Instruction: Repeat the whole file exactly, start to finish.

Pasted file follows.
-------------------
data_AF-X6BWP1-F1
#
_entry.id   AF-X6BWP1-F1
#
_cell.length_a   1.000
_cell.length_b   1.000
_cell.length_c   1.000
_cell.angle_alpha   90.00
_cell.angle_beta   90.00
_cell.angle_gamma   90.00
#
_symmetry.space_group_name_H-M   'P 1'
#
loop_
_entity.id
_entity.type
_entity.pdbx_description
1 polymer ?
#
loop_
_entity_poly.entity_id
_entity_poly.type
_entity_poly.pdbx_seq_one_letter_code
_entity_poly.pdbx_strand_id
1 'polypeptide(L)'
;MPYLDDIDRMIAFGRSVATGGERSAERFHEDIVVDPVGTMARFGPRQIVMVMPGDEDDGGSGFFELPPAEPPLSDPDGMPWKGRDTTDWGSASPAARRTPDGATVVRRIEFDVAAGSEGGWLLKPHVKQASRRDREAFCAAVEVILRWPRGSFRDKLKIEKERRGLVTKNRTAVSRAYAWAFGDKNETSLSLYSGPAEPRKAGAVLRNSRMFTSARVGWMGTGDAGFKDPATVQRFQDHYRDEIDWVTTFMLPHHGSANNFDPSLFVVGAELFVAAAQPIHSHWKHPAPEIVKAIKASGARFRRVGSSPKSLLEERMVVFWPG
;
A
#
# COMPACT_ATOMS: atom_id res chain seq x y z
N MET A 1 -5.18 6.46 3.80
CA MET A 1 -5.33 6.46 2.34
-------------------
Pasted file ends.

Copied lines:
data_AF-X6BWP1-F1
#
_entry.id   AF-X6BWP1-F1
#
_cell.length_a   1.000
_cell.length_b   1.000
_cell.length_c   1.000
_cell.angle_alpha   90.00
_cell.angle_beta   90.00
_cell.angle_gamma   90.00
#
_symmetry.space_group_name_H-M   'P 1'
#
loop_
_entity.id
_entity.type
_entity.pdbx_description
1 polymer ?
#
loop_
_entity_poly.entity_id
_entity_poly.type
_entity_poly.pdbx_seq_one_letter_code
_entity_poly.pdbx_strand_id
1 'polypeptide(L)'
;MPYLDDIDRMIAFGRSVATGGERSAERFHEDIVVDPVGTMARFGPRQIVMVMPGDEDDGGSGFFELPPAEPPLSDPDGMPWKGRDTTDWGSASPAARRTPDGATVVRRIEFDVAAGSEGGWLLKPHVKQASRRDREAFCAAVEVILRWPRGSFRDKLKIEKERRGLVTKNRTAVSRAYAWAFGDKNETSLSLYSGPAEPRKAGAVLRNSRMFTSARVGWMGTGDAGFKDPATVQRFQDHYRDEIDWVTTFMLPHHGSANNFDPSLFVVGAELFVAAAQPIHSHWKHPAPEIVKAIKASGARFRRVGSSPKSLLEERMVVFWPG
;
A
#
# COMPACT_ATOMS: atom_id res chain seq x y z
N MET A 1 -5.18 6.46 3.80
CA MET A 1 -5.33 6.46 2.34